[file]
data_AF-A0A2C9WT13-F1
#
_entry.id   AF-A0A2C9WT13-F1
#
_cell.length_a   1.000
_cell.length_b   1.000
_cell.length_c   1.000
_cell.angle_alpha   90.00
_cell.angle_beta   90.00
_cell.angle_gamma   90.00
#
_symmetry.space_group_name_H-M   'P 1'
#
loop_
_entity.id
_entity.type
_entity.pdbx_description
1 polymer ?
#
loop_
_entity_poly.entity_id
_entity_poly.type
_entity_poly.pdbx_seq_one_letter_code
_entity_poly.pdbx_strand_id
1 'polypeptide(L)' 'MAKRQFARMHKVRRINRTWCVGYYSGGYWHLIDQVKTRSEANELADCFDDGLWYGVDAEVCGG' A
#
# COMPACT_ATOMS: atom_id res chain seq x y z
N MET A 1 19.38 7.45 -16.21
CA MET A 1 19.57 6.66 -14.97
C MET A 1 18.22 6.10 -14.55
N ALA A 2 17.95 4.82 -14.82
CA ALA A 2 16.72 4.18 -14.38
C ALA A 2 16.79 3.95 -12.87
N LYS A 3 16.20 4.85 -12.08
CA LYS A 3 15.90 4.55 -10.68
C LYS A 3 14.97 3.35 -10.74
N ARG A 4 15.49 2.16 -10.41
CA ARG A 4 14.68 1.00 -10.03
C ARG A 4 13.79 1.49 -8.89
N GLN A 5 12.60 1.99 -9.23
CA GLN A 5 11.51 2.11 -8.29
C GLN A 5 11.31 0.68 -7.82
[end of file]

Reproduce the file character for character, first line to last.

data_AF-A0A2C9WT13-F1
#
_entry.id   AF-A0A2C9WT13-F1
#
_cell.length_a   1.000
_cell.length_b   1.000
_cell.length_c   1.000
_cell.angle_alpha   90.00
_cell.angle_beta   90.00
_cell.angle_gamma   90.00
#
_symmetry.space_group_name_H-M   'P 1'
#
loop_
_entity.id
_entity.type
_entity.pdbx_description
1 polymer ?
#
loop_
_entity_poly.entity_id
_entity_poly.type
_entity_poly.pdbx_seq_one_letter_code
_entity_poly.pdbx_strand_id
1 'polypeptide(L)' 'MAKRQFARMHKVRRINRTWCVGYYSGGYWHLIDQVKTRSEANELADCFDDGLWYGVDAEVCGG' A
#
# COMPACT_ATOMS: atom_id res chain seq x y z
N MET A 1 19.38 7.45 -16.21
CA MET A 1 19.57 6.66 -14.97
C MET A 1 18.22 6.10 -14.55
N ALA A 2 17.95 4.82 -14.82
CA ALA A 2 16.72 4.18 -14.38
C ALA A 2 16.79 3.95 -12.87
N LYS A 3 16.20 4.85 -12.08
CA LYS A 3 15.90 4.55 -10.68
C LYS A 3 14.97 3.35 -10.74
N ARG A 4 15.49 2.16 -10.41
CA ARG A 4 14.68 1.00 -10.03
C ARG A 4 13.79 1.49 -8.89
N GLN A 5 12.60 1.99 -9.23
CA GLN A 5 11.51 2.11 -8.29
C GLN A 5 11.31 0.68 -7.82